When touring the Sotheby’s Showhouse, a fellow visitor paid it an enormous compliment, explaining that to him it felt like a gracious grand dame apartment. He was referring not to any particular style of decoration but rather to the fact that, overall, the connected rooms felt elegant and livable in the most timeless way. And that of course is exactly the point of the exhibit – to illustrate how Sotheby’s vast resources can be mixed and matched with a client’s own furnishings to create a chic, comfortable and harmonious home. As Andrew Ogletree, an English furniture specialist at Sotheby’s and one of the show organizers, said, “The pairing and juxtaposition of the pieces in the curated interiors not only reflects each designer’s own vision, but also illustrates the myriad types of objects Sotheby’s has to offer both the seasoned connoisseur and to those who are new to the auction world.”
I appreciated how Trey La Fave‘s design of the showhouse allowed for residence-like enfilades. You can see above how beyond AREA‘s handsome gallery lies the dramatic dining room designed by Russell Piccione. Almost like a salon, the large space allowed room for two round tables from the auction, rosewood William IV and Regency center tables, which function perfectly as a pair, surrounded by a set of George III chairs, a George II marble chimneypiece and a fantastic assortment of fine art and decorative pieces from many periods. Thoughtful placement of furniture with art and the inclusion of the beautiful Jeff Zimmerman hanging light sculptures show the power of the mix and bespoke pieces.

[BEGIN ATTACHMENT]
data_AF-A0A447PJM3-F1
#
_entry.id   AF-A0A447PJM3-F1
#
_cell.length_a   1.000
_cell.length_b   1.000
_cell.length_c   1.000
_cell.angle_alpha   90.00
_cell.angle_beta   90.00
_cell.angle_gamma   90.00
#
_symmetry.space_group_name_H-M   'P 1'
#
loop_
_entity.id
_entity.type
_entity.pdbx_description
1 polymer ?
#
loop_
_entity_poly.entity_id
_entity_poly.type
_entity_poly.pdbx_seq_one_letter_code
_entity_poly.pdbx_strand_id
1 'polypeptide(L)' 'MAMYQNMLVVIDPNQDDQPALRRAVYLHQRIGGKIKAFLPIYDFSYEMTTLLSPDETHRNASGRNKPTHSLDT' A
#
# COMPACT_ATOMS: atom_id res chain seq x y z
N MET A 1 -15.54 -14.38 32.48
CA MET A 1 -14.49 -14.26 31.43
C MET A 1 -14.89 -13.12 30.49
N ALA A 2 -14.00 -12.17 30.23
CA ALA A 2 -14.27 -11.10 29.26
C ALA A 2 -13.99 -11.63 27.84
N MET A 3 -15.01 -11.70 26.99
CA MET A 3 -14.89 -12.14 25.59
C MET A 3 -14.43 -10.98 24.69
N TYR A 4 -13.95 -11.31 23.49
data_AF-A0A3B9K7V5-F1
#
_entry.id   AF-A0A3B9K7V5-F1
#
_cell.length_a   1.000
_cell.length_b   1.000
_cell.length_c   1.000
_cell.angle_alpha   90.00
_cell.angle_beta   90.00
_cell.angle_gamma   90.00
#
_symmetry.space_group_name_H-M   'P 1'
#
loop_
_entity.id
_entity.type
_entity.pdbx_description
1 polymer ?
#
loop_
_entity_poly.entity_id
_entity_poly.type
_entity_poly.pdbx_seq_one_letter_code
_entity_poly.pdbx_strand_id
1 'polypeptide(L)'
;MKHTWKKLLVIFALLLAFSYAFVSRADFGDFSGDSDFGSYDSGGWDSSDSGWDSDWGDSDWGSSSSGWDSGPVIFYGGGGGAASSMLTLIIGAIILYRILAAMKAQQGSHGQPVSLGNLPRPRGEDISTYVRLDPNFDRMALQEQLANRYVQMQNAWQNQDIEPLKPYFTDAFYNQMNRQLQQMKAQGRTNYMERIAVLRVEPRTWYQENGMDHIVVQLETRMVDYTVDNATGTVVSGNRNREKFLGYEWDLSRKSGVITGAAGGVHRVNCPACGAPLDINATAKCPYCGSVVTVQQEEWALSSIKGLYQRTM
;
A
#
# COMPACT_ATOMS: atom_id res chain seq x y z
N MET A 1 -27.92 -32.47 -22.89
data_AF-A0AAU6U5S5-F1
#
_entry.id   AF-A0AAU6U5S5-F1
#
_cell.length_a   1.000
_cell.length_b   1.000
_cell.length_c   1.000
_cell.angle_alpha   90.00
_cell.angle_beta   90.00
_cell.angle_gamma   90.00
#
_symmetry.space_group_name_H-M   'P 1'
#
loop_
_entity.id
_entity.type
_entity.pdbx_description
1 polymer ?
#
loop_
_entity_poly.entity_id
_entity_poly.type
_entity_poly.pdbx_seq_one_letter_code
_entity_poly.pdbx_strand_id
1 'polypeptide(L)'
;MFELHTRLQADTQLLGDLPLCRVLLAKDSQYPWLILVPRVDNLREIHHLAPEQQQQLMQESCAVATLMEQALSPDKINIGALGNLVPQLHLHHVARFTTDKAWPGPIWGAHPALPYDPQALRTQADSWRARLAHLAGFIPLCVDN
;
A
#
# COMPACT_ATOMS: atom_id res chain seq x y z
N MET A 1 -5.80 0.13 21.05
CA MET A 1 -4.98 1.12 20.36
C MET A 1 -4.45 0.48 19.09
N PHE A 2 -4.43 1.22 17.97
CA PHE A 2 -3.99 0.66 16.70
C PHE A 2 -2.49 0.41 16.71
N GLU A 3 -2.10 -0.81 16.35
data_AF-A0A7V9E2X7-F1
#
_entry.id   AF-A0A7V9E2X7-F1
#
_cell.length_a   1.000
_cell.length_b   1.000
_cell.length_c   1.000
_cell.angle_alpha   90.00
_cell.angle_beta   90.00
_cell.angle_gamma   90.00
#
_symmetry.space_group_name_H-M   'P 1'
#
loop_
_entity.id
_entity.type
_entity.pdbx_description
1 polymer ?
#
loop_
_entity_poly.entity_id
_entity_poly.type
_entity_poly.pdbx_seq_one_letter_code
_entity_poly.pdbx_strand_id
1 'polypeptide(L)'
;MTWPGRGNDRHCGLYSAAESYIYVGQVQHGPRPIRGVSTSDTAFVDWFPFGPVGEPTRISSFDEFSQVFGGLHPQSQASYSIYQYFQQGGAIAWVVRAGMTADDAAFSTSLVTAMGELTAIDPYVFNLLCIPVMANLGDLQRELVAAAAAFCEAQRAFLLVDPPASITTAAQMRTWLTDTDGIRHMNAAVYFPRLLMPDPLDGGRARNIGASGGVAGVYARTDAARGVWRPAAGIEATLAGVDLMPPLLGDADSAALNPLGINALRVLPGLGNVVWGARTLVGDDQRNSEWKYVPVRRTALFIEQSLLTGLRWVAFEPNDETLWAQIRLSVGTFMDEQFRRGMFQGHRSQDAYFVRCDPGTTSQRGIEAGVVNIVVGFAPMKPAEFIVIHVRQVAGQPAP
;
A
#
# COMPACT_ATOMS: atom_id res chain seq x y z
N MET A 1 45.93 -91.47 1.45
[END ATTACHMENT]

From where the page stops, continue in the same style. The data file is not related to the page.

Russel’s choice of Hermes’ contemporary Rallye 24 porcelain in yellow for the table is just brilliant. Its platinum graphics bring out the best in the 18th and 19th century silver from the sale while the yellow echoes the tones in the Alex Katz painting above.
I also liked the placement of Chuck Close’s portrait of Philip Glass, as if he is almost a member of the dinner party.
A fabulous Regency convex girandole mirror adds reflective drama to the vignette.
But I think my favorite aspect of the room just might be Russell’s handling of the entry wall. Here symmetry rules assisted by the power of scale. A pair of James Rosenquist lithographs hang above a pair of George II eagle console tables, each accessorized with George II silver and a contemporary Paul Belvoir table lamp. So well done – old and new working together each enhancing the other for a bold and chic statement.
And when I returned to see the final rooms, Juan Carretero’s library was lit so beautifully, I had to include a few more shots.